Girish Chandra Ghosh (28 February 1844 – 8 February 1912) was a Bengali actor, director, and writer. He was largely responsible for the golden age of Bengali theatre.[1][2][3] He cofounded the Great National Theatre, the first Bengali professional theatre company in 1872, wrote nearly 40 plays and acted and directed many more,[4] and later in life became a noted householder disciple of Sri Ramakrishna.[5]

Girish Chandra Ghosh
গিরিশচন্দ্র ঘোষ
Born(1844-02-28)28 February 1844
Died8 February 1912(1912-02-08) (aged 67)
NationalityBritish Indian
Alma materHare school
Oriental Seminary
Occupation(s)Actor, director, and writer
SpousePramodini Devi
Home of Girish Ghosh

Biography edit

Girish Chandra Ghosh, with Swami Adbhutananda, Mahendranath Gupta and other disciples and devotees of Ramakrishna

Early days edit

Born in Bagbazar, Kolkata, on 28 February 1844,[6] the eighth child to his parents Nilkamal and Raimani, he received his early education at Oriental Seminary, and later studied at Hare School in the city but did not complete his education. His father Nilkamal Ghosh was a generous and kind-hearted person, and Girish retained some of his father's large heartedness. Girish said of his parents, "My father was an expert accountant and had a tremendous managerial capacity and worldly wisdom. My mother was very gentle and had great devotion for God... I inherited from my father a sharp intellect and pragmatic approach to life, and from my mother a love for literature and devotion to God" [7] He lost his parents early in life and went on to educate himself. After the death of his father he married Promodini Devi, the daughter of Nabin Chandra Deb and re-entered in class - I in the Oriental Seminary. After leaving school in 1862, Girish acquired an apprenticeship with a British Company in bookkeeping.[8] It was around this time that Girish became acquainted with Ishwar Chandra Gupta and began writing plays, songs and poetry.[9]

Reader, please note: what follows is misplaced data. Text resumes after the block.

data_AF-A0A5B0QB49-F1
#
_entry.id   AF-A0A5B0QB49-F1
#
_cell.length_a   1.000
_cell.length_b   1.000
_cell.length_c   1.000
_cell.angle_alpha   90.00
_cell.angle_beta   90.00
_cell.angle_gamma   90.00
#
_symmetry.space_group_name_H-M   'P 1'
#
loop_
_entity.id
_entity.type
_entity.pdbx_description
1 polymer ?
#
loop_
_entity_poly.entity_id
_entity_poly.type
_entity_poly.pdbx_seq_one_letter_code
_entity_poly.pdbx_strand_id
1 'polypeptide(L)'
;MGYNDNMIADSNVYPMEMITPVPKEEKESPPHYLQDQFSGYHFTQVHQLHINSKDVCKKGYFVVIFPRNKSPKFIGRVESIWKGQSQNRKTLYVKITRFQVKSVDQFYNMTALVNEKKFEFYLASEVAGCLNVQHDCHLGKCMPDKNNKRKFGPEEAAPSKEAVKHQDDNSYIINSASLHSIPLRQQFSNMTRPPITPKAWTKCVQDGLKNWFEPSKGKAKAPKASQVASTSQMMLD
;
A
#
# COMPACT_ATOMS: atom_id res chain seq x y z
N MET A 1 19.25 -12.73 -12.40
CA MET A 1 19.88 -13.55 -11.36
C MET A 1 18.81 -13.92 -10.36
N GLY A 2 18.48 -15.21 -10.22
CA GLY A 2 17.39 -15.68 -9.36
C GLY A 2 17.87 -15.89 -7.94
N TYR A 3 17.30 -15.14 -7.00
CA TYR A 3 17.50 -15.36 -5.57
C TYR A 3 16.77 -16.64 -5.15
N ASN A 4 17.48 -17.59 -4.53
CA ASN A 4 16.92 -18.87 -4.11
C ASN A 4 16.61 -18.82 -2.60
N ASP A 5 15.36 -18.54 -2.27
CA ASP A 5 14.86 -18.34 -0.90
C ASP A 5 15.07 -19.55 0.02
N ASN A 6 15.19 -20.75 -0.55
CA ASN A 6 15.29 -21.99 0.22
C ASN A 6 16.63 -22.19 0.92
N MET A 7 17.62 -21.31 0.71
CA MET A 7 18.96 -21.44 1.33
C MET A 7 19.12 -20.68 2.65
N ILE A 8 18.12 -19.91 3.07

Professional career edit

Star Theatre, founded by Girish Chandra Ghosh.